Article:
Most dogs love a good car ride! Unfortunately, riding in cars isn’t always met with unbridled enthusiasm. Instead, many younger dogs experience nausea and other strange sensations which cause fear, confusion, and stress.

While much of this can be attributed to an underdeveloped vestibular system (which controls balance) in puppies, if your dog gets car sick throughout their life it can make traveling with pets very uncomfortable.

The Arc of Pet Motion Sickness

The vestibular system, located in the inner ear, aids in equilibrium. If puppies ride in cars before their vestibular system is fully developed, they may feel out of whack or off kilter when in motion. If they associate feeling ill or uncomfortable with the car, future car rides may be very difficult for them. As a result, if your dog gets car sick they should be treated as soon as possible.

Adult dogs that feel the effects of motion sickness may be dealing with an infection or other problem that requires veterinary assistance.

My Dog Gets Car Sick

If your dog gets car sick you may see the following symptoms:

  • Drooling
  • Licking the lips
  • Yawning
  • Panting
  • Crying or whining
  • Hunched over or stiffened posture
  • Diarrhea
  • Widened eyes
  • Immobility
  • Vomiting

As most pups truly love car rides, you’ll be able to see the obvious signs when your dog gets car sick. 

Where to Go From Here

We recommend ruling out underlying medical issues that could have similar signs before treating car sickness. Some puppies simply need to develop more before their motion sickness goes away. Other dogs may improve after the following methods are introduced:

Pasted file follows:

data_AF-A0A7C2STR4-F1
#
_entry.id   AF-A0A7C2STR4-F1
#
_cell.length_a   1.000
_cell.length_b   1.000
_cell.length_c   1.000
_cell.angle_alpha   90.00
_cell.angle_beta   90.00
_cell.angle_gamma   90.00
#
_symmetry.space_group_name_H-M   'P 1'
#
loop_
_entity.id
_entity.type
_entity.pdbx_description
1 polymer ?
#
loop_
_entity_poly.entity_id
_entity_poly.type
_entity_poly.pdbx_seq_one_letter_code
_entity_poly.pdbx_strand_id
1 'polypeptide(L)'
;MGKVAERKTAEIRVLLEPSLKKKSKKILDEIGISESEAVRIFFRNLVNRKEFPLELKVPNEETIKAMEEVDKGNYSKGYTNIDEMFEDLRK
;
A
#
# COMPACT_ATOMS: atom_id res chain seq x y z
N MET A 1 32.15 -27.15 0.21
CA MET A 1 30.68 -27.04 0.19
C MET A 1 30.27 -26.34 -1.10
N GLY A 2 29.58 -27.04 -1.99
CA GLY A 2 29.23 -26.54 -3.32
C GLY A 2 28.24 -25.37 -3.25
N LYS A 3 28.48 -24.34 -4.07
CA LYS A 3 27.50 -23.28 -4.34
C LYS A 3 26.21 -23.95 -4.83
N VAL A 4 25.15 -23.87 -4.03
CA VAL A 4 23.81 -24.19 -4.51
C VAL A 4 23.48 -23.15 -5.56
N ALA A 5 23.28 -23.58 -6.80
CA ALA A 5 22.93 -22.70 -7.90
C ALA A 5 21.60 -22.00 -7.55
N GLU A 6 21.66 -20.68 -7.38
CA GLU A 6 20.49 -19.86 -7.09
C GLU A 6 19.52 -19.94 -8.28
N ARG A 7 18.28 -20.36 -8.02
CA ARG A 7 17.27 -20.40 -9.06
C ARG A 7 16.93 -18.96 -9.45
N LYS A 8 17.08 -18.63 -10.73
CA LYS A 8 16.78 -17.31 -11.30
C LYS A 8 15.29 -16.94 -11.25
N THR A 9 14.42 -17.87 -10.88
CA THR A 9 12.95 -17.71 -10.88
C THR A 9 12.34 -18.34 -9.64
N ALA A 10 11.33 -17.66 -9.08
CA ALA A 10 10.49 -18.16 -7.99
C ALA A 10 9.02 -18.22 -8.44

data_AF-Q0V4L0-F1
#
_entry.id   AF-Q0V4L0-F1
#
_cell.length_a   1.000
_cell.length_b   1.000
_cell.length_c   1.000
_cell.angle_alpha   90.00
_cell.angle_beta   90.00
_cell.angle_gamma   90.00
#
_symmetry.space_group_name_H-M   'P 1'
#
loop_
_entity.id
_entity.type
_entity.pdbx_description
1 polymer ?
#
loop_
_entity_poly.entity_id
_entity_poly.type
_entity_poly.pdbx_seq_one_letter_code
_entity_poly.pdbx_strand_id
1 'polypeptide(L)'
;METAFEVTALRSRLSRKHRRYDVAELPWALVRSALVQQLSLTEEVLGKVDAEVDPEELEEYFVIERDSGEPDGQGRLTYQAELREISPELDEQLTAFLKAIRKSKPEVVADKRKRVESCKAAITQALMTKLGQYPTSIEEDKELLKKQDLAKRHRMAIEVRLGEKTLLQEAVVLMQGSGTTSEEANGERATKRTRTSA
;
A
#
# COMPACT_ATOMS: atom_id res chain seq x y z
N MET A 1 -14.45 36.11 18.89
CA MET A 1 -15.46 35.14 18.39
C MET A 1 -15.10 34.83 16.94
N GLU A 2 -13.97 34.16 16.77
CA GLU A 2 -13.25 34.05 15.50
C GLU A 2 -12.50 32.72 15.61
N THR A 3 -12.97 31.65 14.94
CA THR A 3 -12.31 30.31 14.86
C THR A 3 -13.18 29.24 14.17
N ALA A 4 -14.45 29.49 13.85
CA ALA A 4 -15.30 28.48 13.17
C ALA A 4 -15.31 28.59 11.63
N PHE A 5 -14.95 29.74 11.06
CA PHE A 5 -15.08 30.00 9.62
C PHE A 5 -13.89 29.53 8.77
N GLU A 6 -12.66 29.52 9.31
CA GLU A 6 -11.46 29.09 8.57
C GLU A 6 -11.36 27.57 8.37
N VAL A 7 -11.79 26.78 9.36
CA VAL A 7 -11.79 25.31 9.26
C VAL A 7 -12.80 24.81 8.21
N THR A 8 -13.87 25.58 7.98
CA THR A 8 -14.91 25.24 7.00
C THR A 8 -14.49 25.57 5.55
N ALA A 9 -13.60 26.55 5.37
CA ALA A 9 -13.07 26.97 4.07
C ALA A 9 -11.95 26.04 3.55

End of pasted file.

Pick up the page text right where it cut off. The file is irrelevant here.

• Walk them before getting into the car
  • Take shorter, more frequent car trips on a regular basis to desensitize them
  • Crack the windows to equalize cabin pressure and create fresh air flow
  • Try harnessing or crating your pup inside the car to give them feelings of safety and security
  • Anxiety-reducing vests that offer gentle compression can relieve anxiety
  • Talk calmly to soothe them
  • Always seat them facing the direction the car is moving
  • Do not feed them right before you head out
  • Take lots of breaks and give them a chance to get out and walk around
  • Provide fresh water
  • Staying calm will cue your dog to remain at ease 

If you have further questions about the ways to help your dog adjust to car rides, our veterinarians and staff members are always here for you at Goldorado Animal Hospital